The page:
You had said that a time will come to separate men from boys in the non banking financial services industry. Has the time come?
On August 30, we had a half-day session on financial services where we had more than 300 investors, fund managers and analysts participate. What I had said was, ‘I fear if one NBFC fails, the whole sector will be painted with the same brush.’ That has happened now. First of all, IL&FS is not an NBFC. If you look at the total loan exposure, the NBFC is Rs 20,000 crore where balance Rs 80,000 crore is in infrastructure, in power, roads, waste management and other places. The NBFC is not an issue and we need to distinguish that in the market. It is much more than an NBFC.
But the market has just done that – painting everyone with the same brush. How do you see this unfolding?
Some of them will not get enough funds to grow, so they will whittle down over time. For some, there could be consolidation. We as promoters hold significant 51% equity in the company. I believe it is important that promoters have enough skin in the game.
Our risk systems and processes — we keep investing and improving them. We have had a good growth. Our books are good. If any NBFC meets our criteria, knowing the quality of book, understanding the promoters and at reasonable valuation, we may see. We will jump in easily.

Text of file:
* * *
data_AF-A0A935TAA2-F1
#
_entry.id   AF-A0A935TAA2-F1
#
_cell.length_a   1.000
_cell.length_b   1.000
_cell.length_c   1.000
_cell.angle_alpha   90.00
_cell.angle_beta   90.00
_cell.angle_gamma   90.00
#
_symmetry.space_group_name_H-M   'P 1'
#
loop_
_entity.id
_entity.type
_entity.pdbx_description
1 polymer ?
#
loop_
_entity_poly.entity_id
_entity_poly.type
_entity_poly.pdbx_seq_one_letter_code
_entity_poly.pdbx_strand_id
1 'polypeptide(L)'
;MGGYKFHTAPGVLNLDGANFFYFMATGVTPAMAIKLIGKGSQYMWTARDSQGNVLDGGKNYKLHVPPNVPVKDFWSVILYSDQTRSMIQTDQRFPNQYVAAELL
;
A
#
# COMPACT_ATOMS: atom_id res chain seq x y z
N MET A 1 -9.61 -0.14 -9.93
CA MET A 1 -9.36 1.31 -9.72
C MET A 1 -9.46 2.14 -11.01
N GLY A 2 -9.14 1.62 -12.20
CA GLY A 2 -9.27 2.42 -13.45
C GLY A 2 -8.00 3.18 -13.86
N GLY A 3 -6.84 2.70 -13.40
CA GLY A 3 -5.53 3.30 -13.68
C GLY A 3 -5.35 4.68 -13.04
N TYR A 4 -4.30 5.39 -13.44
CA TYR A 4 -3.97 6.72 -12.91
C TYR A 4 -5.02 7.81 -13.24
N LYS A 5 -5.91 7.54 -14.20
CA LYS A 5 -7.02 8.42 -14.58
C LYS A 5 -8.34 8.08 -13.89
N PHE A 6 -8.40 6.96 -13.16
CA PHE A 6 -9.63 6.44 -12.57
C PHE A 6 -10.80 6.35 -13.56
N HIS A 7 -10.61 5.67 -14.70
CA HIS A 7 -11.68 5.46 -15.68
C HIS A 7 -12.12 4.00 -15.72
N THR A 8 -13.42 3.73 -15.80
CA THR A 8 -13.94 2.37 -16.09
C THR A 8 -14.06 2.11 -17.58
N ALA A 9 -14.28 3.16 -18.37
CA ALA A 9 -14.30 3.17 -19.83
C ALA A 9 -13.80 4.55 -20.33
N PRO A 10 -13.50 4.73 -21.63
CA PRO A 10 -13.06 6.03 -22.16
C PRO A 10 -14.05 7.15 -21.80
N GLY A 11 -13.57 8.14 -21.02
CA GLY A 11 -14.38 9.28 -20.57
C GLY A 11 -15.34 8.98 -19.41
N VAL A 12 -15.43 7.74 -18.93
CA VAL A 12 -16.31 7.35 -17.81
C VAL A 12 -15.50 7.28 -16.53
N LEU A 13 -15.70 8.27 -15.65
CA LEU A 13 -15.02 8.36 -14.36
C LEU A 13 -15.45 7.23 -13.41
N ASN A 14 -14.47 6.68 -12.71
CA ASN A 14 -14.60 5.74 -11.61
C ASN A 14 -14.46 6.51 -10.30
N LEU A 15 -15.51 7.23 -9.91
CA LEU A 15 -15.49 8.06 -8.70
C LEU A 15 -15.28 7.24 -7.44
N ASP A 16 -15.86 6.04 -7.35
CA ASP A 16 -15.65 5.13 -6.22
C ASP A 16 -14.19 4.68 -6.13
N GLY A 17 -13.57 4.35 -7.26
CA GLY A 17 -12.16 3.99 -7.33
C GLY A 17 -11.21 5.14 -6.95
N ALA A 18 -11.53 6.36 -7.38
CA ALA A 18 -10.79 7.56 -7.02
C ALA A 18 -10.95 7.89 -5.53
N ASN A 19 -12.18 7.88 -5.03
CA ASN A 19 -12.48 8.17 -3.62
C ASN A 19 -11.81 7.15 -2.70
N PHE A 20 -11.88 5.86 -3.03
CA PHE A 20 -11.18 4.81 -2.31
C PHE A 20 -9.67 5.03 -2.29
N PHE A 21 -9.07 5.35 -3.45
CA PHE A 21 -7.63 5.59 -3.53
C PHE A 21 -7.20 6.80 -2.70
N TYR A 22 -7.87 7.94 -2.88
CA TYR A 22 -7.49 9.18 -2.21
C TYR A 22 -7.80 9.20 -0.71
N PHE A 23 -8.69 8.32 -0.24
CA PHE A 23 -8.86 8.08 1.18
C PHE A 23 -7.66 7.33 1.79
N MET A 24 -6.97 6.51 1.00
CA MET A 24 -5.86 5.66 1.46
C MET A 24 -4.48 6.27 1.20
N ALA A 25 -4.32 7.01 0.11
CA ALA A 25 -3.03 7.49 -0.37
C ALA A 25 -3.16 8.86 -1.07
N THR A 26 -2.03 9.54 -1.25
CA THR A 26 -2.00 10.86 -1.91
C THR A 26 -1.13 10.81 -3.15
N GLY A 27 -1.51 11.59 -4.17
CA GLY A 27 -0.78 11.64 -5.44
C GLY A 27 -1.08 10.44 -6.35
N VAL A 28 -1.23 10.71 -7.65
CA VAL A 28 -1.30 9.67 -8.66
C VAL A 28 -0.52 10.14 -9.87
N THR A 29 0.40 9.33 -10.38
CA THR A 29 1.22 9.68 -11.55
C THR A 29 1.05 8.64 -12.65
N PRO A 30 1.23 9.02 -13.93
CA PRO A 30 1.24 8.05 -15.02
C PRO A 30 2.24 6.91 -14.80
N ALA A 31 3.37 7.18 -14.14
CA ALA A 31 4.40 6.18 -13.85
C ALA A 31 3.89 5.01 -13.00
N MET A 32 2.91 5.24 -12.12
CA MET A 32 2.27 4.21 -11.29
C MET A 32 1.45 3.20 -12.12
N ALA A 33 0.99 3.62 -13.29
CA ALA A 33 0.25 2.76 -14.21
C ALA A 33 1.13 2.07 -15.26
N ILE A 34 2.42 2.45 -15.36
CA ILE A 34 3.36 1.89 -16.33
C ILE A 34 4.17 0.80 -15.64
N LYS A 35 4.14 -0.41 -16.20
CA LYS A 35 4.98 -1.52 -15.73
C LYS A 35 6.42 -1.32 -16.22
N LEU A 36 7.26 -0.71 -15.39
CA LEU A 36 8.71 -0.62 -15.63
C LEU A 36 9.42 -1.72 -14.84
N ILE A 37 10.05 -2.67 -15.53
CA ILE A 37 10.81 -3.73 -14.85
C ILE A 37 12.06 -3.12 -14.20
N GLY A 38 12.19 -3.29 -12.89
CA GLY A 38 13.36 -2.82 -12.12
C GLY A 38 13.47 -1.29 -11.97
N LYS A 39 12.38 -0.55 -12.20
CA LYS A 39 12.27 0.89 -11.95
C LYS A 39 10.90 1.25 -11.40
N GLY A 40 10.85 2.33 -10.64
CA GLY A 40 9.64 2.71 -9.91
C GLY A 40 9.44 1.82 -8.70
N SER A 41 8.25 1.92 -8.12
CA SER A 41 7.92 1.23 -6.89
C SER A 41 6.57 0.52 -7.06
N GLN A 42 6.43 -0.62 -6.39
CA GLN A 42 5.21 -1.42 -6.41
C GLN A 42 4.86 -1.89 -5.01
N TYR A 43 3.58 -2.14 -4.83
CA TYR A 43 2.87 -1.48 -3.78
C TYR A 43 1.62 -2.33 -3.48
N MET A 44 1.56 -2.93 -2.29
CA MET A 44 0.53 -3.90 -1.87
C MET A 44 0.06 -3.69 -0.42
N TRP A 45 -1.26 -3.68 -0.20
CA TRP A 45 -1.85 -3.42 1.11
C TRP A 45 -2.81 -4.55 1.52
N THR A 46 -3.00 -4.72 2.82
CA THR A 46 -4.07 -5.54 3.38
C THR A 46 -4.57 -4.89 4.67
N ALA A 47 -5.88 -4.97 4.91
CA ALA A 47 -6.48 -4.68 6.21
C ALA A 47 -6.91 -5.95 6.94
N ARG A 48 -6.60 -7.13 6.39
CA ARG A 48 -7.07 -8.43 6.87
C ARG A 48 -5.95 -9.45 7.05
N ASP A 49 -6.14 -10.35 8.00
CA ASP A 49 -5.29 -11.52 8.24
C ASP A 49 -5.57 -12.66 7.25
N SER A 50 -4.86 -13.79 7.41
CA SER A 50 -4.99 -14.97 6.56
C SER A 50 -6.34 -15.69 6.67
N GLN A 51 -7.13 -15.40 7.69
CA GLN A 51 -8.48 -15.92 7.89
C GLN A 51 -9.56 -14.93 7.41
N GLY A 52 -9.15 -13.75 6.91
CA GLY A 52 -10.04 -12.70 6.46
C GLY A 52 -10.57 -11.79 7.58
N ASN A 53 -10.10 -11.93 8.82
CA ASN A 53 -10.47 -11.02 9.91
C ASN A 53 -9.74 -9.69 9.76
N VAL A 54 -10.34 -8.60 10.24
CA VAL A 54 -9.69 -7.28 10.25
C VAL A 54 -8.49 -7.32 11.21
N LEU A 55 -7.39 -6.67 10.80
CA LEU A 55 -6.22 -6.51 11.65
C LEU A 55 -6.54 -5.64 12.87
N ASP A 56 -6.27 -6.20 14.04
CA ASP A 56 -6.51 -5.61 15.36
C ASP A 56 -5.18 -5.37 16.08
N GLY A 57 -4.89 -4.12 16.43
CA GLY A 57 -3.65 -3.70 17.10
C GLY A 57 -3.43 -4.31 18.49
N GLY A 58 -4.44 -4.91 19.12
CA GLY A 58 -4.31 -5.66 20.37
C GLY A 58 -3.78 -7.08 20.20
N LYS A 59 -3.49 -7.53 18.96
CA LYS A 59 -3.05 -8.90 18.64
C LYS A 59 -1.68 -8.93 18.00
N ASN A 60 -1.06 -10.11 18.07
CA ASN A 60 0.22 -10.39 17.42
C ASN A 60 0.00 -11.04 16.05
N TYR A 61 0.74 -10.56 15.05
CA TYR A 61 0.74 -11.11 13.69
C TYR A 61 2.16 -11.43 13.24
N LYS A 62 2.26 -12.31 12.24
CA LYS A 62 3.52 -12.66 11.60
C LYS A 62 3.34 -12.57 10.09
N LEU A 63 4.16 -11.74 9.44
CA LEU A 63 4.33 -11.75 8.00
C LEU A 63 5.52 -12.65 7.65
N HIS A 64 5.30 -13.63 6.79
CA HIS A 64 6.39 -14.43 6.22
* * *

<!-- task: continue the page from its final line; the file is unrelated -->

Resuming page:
Stock prices have corrected recently. Are they attractive enough?
We have been very careful with acquisitions in the NBFC space because valuations were very high. Unless and until we know the quality of book… Governance is very important in NBFCs. Promoters should have significant stake in the business and what is their track record? Our bigger focus is on organic growth. Financial services is such a people-oriented business, we need the same culture of people. Otherwise it is two different sets of culture.
How bad is the situation compared to the 2008 crisis?
In 2008, there was no liquidity in the market. Today there is no liquidity crisis. It is more a crisis of confidence. That is different from not having money to lend.
You had looked at IL&FS in the past. Do you believe about the charges being made about its books?
I don’t want to talk about one company. We look at many companies. We have non-disclosure agreements with the companies that we look into. In the financial space, the only company we have invested in is the Shriram Group. We were comfortable with what we saw, with the promoters and with the business.
Was the current collapse waiting to happen?
I have been saying this for 6-8 months. I expected it because of the way people have been lending and the quality of underwriting. IL&FS is not because an NBFC has failed, it is because the whole investment in infrastructure has not been realised. Their investment in other sectors are not giving them return.
Will there be a contagion?
Everybody will be more cautious. It will definitely separate men from boys. NBFCs are very critical to Indian economy. The small-scale and medium-scale sectors are funded by NBFCs. They form 50% of the output in the country.